Design for Differential Movement in Brick Walls

by Clayford T. Grimm, (M.ASCE), Assoc. Dir.; Center for Building Research, Univ. of Texas at Austin, Austin, Tex.,


Serial Information: Journal of the Structural Division, 1975, Vol. 101, Issue 11, Pg. 2385-2403


Document Type: Journal Paper

Discussion: Subramanian Narayanan (See full record)
Closure: (See full record)

Abstract: Varying dimensional instability of juxtaposed building materials in the presence of changing heat, moisture, and stress cause differential strains, inducing stresses that frequently exceed the ultimate strength of materials. Differential strains in masonry building elements are typically of such magnitude that stress relief is more practical than resistance. Bond breaks and expansion joints are used to prevent excessive stress. Methods are presented for determining moisture and thermal movements in brick masonry, allowable deflections in brick masonry walls, and the magnitude of differential strains between brick masonry and concrete. Design of expansion joints is examined. Details are given for flexible anchorage of slabs to walls and walls to frames. Failures resulting from inadequate design for differential movement are illustrated.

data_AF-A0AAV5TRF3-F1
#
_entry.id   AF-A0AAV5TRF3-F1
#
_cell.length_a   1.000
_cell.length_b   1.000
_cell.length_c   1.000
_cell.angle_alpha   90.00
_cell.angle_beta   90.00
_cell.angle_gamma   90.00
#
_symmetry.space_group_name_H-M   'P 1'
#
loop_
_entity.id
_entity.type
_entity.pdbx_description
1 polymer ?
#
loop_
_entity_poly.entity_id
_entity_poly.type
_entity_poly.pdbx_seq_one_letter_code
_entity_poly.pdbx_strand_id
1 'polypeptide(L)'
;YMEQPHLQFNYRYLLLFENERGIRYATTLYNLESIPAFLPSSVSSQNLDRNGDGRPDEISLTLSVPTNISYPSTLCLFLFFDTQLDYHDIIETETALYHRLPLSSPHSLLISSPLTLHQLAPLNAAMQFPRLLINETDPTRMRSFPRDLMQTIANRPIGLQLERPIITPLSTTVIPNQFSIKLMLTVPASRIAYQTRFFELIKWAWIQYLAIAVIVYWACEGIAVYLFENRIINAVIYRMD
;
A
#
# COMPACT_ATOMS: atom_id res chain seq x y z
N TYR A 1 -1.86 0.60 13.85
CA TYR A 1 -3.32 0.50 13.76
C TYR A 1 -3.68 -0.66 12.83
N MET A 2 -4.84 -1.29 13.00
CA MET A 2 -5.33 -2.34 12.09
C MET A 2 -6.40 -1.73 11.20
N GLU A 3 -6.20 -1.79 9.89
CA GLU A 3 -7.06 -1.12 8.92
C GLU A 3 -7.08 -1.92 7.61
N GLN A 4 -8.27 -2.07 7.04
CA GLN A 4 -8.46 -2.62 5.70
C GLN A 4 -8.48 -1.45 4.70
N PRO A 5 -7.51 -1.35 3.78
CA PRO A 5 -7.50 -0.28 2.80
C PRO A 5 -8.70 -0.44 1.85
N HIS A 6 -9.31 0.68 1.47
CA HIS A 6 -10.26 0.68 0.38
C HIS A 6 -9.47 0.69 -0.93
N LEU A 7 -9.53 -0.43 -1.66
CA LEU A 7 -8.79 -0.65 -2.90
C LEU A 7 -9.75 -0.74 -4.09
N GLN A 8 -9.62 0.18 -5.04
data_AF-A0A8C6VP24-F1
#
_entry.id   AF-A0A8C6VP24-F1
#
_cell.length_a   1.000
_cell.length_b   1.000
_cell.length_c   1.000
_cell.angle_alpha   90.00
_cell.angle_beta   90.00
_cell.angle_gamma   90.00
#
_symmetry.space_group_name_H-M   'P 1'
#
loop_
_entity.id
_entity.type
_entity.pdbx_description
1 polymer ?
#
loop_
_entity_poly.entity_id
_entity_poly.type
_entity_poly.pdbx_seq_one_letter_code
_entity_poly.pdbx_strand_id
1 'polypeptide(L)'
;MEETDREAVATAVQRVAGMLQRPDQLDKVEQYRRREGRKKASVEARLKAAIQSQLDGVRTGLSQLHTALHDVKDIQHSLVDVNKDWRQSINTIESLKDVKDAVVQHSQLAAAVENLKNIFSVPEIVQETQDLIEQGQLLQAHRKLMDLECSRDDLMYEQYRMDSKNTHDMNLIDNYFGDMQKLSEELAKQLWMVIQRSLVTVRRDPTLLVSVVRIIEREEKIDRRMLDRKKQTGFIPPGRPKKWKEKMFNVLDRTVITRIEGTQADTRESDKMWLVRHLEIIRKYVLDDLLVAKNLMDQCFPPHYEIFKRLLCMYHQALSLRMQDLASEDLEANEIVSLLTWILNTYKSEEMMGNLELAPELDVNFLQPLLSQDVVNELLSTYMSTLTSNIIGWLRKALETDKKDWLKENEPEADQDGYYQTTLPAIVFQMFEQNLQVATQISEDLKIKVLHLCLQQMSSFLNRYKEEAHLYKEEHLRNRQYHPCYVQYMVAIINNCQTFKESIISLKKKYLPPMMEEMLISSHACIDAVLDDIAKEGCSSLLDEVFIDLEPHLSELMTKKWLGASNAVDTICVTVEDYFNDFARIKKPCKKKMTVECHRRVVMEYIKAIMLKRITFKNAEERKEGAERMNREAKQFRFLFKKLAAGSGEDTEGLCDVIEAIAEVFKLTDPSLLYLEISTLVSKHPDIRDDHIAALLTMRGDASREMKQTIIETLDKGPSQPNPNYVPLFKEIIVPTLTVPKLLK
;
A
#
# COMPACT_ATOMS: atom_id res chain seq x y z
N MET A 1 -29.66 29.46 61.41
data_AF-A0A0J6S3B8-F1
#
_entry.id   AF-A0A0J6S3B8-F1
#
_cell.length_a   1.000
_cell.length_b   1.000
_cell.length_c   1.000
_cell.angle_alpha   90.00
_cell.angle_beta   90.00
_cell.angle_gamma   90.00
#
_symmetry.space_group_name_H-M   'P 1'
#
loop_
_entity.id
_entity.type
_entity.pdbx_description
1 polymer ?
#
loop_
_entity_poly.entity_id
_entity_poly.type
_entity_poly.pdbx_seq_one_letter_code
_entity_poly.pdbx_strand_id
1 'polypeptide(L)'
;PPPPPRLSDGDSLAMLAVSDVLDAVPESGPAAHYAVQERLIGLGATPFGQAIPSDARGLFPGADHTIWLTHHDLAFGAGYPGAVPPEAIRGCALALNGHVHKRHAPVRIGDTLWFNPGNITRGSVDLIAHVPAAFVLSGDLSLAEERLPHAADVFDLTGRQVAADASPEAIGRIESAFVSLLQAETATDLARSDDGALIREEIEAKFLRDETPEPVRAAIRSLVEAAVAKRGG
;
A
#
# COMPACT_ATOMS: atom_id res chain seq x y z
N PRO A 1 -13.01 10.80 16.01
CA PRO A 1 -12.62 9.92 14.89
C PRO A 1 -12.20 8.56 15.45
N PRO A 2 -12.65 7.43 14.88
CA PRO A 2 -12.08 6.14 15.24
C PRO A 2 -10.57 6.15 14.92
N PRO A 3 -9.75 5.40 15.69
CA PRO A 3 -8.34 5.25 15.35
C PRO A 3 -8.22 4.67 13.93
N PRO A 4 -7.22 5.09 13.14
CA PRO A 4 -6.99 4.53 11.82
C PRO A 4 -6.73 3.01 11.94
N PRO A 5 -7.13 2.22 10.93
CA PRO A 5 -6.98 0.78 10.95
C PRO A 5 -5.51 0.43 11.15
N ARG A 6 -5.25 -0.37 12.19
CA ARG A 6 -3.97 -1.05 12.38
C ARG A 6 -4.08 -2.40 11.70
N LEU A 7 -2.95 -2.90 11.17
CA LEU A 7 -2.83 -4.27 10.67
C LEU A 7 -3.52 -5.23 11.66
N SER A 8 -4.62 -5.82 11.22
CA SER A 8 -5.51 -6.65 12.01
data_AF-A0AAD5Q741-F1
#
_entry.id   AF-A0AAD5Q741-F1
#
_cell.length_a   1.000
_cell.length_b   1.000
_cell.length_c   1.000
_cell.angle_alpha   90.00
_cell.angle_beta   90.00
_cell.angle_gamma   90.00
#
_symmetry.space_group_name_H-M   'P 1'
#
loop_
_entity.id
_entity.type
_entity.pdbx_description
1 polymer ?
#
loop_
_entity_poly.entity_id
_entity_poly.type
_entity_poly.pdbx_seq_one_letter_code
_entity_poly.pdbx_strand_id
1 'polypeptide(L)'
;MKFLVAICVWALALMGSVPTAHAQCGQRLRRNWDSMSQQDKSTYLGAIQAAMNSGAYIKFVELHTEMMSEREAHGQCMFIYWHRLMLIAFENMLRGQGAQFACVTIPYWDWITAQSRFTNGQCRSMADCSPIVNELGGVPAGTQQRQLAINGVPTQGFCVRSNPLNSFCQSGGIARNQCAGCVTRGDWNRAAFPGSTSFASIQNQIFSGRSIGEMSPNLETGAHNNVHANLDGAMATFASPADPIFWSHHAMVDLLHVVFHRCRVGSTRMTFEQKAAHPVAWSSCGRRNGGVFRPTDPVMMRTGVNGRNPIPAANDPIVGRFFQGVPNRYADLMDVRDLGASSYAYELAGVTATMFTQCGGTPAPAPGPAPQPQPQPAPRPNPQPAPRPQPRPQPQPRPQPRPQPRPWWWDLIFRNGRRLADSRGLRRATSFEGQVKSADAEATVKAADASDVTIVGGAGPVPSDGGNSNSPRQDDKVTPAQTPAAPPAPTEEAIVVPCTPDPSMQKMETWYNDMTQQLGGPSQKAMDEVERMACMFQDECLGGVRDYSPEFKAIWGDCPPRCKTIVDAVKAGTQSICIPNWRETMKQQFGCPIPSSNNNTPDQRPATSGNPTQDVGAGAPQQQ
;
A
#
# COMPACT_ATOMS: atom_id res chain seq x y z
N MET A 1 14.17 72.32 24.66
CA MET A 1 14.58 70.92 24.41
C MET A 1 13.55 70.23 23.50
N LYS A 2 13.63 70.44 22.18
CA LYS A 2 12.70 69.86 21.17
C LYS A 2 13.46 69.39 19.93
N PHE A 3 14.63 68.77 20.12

Subject Headings: Masonry | Bricks | Walls | Strength of materials | Strain | Construction materials | Moisture | Joints

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